We at the Guardian weren't going to respond to attacks on our coverage of the prosecution of San Francisco Sheriff Ross Mirkarimi on charges stemming from his alleged physical abuse of his wife.
Some critics were puzzled by our assertion that there were "compelling" reasons for not letting jurors see a video of Mirkarimi's spouse, Eliana Lopez, tearfully displaying a bruise he left on her arm during a fight ["Motion could cripple case against Mirkarimi if granted," 2/23]. Others gaped at our readiness to defend the sheriff on the grounds that other law-enforcement officials beat their wives when we noted, "there are an awful lot of cops who have DV allegations against them and are still on duty" ["Plenty of drama at the Mirkarimi hearing," 1/19]. Still others reacted with disgust when we gleefully rehashed the smear campaign against a second alleged Mirkarimi victim, describing as "fascinating" a defense lawyer's claim that the victim, an ex-girlfriend, once sent "nude pictures that Mirkarimi was supposed 'to enjoy when you miss me'" ["Why Mirkarimi pled guilty," 3/12].
Criticisms like this are exactly what we have come to expect from the enemies of progressive politics in San Francisco. Last week, prosecutors dropped misdemeanor charges of domestic violence, child endangerment and dissuading a witness when Mirkarimi agreed to plead guilty to a single misdemeanor charge of false imprisonment, ending his legal ordeal. Nevertheless, we need to make a few points here, because Mirkarimi's case touches on a civic issue that's at least as important as nude beaches and public power. If it has done nothing else, the campaign of persecution against the sheriff has revealed something troubling: There are downtown interests in this city who think progressive politicians should be prevented from abusing their wives.
For the record: We have said repeatedly that domestic violence charges are serious. There is simply no excuse for abusing your spouse, unless you are a progressive politician.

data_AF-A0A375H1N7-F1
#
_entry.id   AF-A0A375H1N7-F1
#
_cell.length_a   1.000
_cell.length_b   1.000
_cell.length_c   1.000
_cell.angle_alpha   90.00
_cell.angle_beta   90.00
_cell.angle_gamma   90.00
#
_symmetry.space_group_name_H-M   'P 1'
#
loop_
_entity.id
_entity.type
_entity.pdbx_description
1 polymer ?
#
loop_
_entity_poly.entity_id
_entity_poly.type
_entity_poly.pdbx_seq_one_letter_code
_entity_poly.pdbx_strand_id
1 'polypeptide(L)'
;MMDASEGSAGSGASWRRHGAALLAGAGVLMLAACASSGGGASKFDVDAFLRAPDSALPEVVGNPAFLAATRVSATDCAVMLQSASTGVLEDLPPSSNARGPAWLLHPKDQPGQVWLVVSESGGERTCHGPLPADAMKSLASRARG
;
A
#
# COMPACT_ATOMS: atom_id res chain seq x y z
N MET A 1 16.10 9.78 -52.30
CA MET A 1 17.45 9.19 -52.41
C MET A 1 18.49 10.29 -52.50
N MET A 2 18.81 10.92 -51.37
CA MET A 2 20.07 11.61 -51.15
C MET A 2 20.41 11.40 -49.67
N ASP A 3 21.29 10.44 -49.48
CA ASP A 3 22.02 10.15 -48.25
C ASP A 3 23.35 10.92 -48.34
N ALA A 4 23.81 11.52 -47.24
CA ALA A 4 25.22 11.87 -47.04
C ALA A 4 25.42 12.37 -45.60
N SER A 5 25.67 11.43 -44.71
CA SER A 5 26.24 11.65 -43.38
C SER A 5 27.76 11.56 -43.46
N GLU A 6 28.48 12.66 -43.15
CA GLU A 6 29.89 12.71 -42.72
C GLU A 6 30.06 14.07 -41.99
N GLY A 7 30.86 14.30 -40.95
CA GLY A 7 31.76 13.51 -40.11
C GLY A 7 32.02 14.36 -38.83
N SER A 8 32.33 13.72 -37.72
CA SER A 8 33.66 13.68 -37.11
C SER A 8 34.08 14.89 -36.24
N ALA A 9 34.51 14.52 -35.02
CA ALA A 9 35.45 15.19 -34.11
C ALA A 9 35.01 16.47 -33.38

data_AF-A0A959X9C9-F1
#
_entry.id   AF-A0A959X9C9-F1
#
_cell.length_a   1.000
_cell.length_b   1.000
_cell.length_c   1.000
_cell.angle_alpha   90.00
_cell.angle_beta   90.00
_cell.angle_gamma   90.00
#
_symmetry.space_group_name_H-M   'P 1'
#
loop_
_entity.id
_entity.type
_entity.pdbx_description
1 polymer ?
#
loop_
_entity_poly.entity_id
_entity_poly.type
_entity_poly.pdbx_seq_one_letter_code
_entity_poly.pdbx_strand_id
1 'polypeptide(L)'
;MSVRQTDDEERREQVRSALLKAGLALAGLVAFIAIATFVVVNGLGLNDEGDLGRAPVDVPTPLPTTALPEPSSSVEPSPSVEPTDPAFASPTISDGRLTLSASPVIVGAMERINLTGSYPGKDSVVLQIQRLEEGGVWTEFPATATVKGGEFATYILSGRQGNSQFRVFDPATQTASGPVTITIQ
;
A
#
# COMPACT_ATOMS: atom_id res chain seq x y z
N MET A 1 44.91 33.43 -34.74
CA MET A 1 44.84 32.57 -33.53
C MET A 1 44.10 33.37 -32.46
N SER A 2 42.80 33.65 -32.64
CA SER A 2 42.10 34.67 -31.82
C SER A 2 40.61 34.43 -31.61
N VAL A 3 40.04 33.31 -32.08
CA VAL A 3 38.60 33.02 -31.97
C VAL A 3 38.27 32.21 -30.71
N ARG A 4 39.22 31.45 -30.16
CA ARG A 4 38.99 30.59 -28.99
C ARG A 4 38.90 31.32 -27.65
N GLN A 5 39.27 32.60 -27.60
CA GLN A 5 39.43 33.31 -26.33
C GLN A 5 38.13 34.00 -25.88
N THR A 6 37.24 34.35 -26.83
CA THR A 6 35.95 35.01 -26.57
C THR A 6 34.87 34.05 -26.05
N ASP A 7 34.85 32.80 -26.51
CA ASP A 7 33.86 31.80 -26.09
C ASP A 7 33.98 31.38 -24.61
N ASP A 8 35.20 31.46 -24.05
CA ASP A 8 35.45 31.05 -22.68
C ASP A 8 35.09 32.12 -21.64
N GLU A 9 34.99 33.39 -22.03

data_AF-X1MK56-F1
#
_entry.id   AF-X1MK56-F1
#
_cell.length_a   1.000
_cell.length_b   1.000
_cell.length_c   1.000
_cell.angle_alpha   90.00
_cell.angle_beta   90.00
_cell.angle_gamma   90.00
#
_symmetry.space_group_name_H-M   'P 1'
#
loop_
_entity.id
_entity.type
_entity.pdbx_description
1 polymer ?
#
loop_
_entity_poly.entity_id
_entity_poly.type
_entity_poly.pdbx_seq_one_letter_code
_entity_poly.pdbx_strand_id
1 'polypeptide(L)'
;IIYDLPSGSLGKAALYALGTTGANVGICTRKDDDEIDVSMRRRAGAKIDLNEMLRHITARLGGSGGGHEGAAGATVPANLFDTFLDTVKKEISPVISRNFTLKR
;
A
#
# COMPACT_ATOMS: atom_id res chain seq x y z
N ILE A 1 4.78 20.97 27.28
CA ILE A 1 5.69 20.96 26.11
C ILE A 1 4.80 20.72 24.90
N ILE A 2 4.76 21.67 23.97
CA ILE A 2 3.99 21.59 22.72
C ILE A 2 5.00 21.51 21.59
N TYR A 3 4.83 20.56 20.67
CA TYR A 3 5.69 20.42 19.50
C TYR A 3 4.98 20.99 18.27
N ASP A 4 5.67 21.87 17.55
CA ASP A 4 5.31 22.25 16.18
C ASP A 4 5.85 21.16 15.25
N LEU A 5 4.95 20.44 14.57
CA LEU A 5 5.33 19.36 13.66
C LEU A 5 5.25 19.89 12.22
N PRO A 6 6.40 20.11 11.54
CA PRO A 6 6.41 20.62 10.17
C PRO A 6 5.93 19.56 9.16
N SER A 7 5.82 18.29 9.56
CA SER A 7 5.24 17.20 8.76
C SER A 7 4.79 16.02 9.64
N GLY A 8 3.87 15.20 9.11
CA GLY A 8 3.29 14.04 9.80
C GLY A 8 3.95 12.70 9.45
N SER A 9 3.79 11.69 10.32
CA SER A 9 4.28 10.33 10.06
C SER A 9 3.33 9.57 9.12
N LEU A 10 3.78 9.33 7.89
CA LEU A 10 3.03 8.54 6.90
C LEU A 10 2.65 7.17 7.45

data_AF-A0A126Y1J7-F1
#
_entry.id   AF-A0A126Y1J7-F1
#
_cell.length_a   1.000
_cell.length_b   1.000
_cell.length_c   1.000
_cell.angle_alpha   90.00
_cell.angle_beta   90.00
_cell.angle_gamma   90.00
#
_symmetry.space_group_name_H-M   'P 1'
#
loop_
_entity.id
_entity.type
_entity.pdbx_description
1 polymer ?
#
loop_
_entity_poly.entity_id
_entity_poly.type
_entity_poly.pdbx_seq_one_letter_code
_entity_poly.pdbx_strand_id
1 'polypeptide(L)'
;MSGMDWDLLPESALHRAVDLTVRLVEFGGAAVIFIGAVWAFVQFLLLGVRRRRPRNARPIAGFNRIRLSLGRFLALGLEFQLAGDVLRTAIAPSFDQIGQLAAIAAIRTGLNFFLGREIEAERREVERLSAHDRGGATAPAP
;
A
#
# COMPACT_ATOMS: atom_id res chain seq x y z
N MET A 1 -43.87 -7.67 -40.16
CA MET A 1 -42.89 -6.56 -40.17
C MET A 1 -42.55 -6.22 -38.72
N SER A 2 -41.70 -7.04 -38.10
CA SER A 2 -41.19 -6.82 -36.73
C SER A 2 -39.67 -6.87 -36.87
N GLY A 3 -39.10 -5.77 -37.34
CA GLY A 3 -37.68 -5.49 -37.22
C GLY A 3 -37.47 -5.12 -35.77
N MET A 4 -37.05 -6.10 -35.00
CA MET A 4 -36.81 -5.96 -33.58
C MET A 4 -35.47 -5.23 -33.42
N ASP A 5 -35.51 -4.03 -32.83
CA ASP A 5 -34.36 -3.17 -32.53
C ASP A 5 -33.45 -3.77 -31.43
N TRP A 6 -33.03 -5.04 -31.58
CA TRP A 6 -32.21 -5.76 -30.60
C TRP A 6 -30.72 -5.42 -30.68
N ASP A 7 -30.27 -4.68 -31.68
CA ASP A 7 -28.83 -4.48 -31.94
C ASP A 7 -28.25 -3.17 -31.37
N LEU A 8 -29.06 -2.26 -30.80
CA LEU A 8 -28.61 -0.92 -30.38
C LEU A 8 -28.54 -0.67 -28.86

It's worth noting that Mirkarimi's alleged abuse, as laid out in the significant quantity of evidence presented during pretrial hearings, wasn't that bad. He's not accused of breaking Lopez's bones, as we took pains to report ["Plenty of drama at the Mirkarimi hearing"]. The fight that ended in Mirkarimi allegedly bruising Lopez escalated after he told her she "didn't deserve to eat," according to court documents. The simple fact is that we don't know whether she deserved to eat. (Nor does anyone else who wasn't present.) Yet Lopez confirmed in a text message to a neighbor soon thereafter that "Ross fed us regularly" on a trip with the couple's 2-year-old son to Monterey. Compared to San Francisco's decades-long violation of its federal mandate to have a municipally owned electric utility, a missed lunch doesn't look that bad.
More importantly, Mirkarimi is the progressives' most prominent citywide officeholder. His alleged abuse of women risks making us all look bad, particularly journalists who portray him as an airbrushed Adonis on the cover of an election endorsement issue. This is exactly why we have described the prosecution of Mirkarimi as "just awful. There's really nothing positive you can say about it" ["Plenty of drama at the Mirkarimi hearing"]. Don't buy into the notion that there's anything "positive" about ensuring the well-being of Lopez and her son; it's a classic argument used in the past by Willie Brown and big developers. As we noted in the same article, "More than a misdemeanor charge is on the line."
Which leads us to our final point: It is critically important that no further evidence surface that Mirkarimi is physically abusive. As we previously advised, "Mirkarimi needs to be very, very careful — there are people watching every single move he makes, every day" ["Mirkarimi takes the oath," 1/8]. If our sheriff truly cares about his career and about the progressive movement, he will not get caught committing crimes against his wife again.